The Netherlands / Landmark
Villa Harteinstein used to be the headquarters of the British stroops commanded by general Urquhart. The headquarters had to move to the cellar because of the shelling.
In September 1944, Villa Hartenstein was used to accommodate part of the staff of German field marshal Model who had his headquarters in Oosterbeek. After Operation Market Garden had started, Model and his staff had to flee in order not to be captured by the British troops.
On September 18th, Villa Hartenstein became the headquarters of the 1st Airborne Division. From this place, major-general Urquhart controlled the British and Polish troops. Hartenstein wasn’t part of the frontline in the perimeter but got hit by shelling anyway. Because of the damage to the building, there was no electricity or running water. To stay safe, the headquarters was moved to the cellar of the villa. To be able to treat the wounded, a medical post was established in the cellar too.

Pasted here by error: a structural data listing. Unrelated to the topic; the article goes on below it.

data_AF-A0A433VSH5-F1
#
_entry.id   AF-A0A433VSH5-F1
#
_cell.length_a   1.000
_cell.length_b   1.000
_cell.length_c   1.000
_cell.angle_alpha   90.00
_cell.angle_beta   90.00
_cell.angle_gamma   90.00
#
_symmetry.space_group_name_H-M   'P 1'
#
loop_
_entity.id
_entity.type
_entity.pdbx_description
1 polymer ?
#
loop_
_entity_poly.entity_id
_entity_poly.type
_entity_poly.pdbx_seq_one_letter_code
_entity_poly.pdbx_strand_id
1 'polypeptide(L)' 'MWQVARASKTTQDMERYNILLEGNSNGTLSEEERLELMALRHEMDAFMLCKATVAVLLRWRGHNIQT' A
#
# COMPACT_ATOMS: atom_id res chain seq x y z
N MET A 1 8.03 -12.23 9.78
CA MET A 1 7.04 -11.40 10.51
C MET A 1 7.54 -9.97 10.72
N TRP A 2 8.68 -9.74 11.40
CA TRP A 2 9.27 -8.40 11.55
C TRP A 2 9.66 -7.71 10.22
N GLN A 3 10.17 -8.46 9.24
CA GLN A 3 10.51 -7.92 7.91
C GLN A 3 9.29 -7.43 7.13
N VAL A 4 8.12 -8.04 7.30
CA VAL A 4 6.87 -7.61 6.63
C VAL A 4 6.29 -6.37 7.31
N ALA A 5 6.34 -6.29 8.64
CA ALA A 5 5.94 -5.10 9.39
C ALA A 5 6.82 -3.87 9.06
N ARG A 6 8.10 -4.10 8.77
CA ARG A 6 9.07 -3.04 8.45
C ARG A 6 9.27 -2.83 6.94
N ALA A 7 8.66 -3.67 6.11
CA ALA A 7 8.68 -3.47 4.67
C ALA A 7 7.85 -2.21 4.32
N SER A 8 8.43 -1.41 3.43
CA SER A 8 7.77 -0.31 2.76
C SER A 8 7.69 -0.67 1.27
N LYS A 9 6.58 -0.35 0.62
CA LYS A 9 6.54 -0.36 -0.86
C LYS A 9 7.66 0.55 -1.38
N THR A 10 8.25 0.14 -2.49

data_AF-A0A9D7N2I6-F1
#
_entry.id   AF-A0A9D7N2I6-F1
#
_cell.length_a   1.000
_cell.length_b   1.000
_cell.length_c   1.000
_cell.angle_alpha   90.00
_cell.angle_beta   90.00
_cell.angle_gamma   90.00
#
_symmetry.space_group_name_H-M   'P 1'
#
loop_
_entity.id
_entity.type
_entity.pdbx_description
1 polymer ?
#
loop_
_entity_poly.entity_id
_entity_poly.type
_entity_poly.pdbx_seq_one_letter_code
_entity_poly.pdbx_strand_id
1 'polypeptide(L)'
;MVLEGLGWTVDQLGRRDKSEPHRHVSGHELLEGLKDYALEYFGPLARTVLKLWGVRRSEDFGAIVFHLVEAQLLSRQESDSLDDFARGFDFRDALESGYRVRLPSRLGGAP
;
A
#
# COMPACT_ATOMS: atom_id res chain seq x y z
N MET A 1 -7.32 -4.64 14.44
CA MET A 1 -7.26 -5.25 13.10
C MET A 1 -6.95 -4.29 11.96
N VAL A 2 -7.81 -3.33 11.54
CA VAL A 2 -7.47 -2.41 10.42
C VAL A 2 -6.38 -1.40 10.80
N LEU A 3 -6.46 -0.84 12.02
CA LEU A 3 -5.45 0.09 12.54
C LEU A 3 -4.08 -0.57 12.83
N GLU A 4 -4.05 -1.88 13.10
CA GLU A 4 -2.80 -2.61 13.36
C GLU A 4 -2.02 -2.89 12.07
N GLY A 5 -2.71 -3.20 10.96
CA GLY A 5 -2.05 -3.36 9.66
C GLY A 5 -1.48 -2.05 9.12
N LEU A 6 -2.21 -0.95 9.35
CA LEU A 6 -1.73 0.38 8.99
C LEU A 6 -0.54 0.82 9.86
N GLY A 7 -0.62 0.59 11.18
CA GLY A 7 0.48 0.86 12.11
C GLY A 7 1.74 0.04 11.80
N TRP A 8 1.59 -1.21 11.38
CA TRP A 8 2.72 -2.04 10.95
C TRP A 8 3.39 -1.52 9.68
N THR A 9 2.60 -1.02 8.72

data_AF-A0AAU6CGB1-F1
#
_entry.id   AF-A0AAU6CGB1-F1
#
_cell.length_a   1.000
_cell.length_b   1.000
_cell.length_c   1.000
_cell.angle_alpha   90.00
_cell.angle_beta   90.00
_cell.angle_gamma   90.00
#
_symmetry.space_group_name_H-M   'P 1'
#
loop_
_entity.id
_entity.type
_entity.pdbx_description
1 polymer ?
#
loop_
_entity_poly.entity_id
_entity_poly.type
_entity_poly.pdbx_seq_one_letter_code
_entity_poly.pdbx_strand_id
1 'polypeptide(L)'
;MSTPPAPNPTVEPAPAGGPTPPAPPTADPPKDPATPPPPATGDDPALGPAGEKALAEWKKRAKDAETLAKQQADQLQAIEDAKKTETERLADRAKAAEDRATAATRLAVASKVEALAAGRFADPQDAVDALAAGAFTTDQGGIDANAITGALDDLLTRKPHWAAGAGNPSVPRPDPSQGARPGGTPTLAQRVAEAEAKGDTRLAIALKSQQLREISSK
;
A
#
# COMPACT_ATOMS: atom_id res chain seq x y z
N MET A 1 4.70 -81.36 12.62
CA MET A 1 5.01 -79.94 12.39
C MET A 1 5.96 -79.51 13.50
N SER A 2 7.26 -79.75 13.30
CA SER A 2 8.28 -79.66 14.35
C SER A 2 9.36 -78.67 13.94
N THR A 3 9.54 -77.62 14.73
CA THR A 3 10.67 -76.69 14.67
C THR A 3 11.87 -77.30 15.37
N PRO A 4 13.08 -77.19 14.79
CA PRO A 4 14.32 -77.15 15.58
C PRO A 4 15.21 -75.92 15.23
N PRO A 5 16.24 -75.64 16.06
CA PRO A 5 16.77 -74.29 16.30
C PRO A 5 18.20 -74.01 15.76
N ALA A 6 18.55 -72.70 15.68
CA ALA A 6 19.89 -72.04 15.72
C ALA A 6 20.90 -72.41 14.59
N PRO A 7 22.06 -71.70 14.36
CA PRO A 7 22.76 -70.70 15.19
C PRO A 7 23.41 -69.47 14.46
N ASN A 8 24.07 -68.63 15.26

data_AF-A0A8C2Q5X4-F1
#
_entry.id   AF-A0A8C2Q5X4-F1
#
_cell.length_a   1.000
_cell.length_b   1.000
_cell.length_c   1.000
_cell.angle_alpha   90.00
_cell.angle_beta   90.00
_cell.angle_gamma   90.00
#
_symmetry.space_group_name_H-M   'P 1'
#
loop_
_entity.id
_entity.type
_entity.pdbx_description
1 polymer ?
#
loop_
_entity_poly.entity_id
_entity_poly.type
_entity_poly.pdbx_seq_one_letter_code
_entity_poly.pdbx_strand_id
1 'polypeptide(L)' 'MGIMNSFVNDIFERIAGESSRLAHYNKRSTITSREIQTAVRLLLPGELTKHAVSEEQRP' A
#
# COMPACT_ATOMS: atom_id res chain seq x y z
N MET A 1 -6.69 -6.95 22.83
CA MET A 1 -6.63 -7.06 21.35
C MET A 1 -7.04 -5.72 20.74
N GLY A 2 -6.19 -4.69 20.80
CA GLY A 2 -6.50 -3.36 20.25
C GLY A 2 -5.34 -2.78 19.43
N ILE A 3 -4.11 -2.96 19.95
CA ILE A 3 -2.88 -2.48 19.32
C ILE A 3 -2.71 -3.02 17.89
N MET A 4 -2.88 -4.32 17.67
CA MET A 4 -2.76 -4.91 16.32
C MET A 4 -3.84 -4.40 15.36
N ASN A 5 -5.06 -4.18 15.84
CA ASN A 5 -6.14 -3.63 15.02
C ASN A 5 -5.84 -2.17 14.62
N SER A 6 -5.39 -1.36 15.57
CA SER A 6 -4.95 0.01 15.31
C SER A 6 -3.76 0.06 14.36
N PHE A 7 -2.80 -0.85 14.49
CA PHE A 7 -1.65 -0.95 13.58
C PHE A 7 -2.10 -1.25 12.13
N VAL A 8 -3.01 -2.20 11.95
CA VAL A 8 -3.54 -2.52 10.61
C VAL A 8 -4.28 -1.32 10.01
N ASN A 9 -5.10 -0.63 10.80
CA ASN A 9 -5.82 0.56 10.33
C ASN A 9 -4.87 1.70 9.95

The open fields around Hartenstein were used as drop zones for supplies. With the help of light signals and a special Eureka beacon, ground troops tried to guide the supplying aircrafts to the right drop zone. Unfortunately, only 14% of the planned supplies felt into British hands.
At the headquarters, the division kept a war diary. On September 23d, the following was written:
“After many alarms and excursions the latter (perimeter) remains substantially unchanged. Although…very thinly held. Resup a flop, small quantities amn only gathered in. Still no food and all ranks extremely dirty owing to shortage of water. Morale still adequate, but continued heavy mortaring and shelling is having obvious effects.”
Visit the Airborne Museum at Hartenstein, one of the monuments in Park Hartenstein or listen to the story at the LRE audiospot “A symbol of friendship”. .